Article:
Improving Transparency in the UK – But at What Cost?
19 July 2019
David Innes, Geoffrey Kittredge, John W. Rife III, Patricia Volhard, Kirsten Watson, Simon Witney
The UK is one of the quickest and cheapest places to incorporate a company, offering same-day registration services, facilitating off-the-shelf companies and imposing no minimum capital requirements. That is generally regarded as an important factor in its attractiveness as a place to set up and run a business – see, for example, the 2019 World Bank Doing Business Survey, which awards the UK ninth place overall. (New Zealand, Singapore and Denmark top the table, with the United States in eighth place.)
But being able to set up a company quickly and cheaply is clearly only one factor in a country’s attractiveness to entrepreneurs, and the UK seems likely to face some challenges with some of the other criteria in the near future. In that context, it does not seem like a good time to add regulatory barriers to the incorporation and corporate reporting processes for small and medium-sized companies – and the UK government’s consultation on “Corporate Transparency” appears to be poorly timed. Issued in May, and with a return date of 5 August, the government’s proposals – heralded as the most significant reform of the UK’s company registration framework since 1844 – would add some important delays and administrative burdens.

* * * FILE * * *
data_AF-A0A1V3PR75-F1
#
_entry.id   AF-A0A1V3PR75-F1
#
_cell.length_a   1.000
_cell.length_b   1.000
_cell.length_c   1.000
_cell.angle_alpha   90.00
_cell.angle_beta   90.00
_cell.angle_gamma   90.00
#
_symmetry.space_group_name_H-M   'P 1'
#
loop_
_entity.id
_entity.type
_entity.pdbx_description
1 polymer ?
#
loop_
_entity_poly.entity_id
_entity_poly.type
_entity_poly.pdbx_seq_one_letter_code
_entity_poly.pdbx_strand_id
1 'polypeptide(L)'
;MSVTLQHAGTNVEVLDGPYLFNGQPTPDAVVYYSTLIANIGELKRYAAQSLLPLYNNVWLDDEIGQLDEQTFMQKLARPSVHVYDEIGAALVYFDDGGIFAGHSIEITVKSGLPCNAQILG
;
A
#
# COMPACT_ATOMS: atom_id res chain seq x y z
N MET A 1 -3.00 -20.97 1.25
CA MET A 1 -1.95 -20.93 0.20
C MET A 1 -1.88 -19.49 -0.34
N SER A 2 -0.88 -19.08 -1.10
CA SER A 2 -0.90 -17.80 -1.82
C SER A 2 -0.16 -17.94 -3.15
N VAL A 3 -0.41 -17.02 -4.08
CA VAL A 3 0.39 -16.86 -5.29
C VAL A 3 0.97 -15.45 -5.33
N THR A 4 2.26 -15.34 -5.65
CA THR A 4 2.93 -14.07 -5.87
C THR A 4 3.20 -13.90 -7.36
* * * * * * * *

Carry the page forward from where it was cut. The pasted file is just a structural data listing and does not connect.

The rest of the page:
On the other hand, these changes would have quite a long lead-time, and the UK government is rightly concerned about the growing problem of economic crime. If the UK’s business-friendly policies are being exploited by criminals, they do need to be looked at again, and initiatives to fight money laundering and terrorist financing must take centre stage.
The trick, of course, is to strike the right balance. Policy-makers need to make sure that the burden of new measures falls in the right place. Well-targeted and proportionate interventions, using new and emerging technologies and safeguarding data security and individual rights to privacy, will be welcomed by market participants. Demands for additional information that go beyond what is necessary, or put obstacles in the way of normal business activities, will be regarded with scepticism.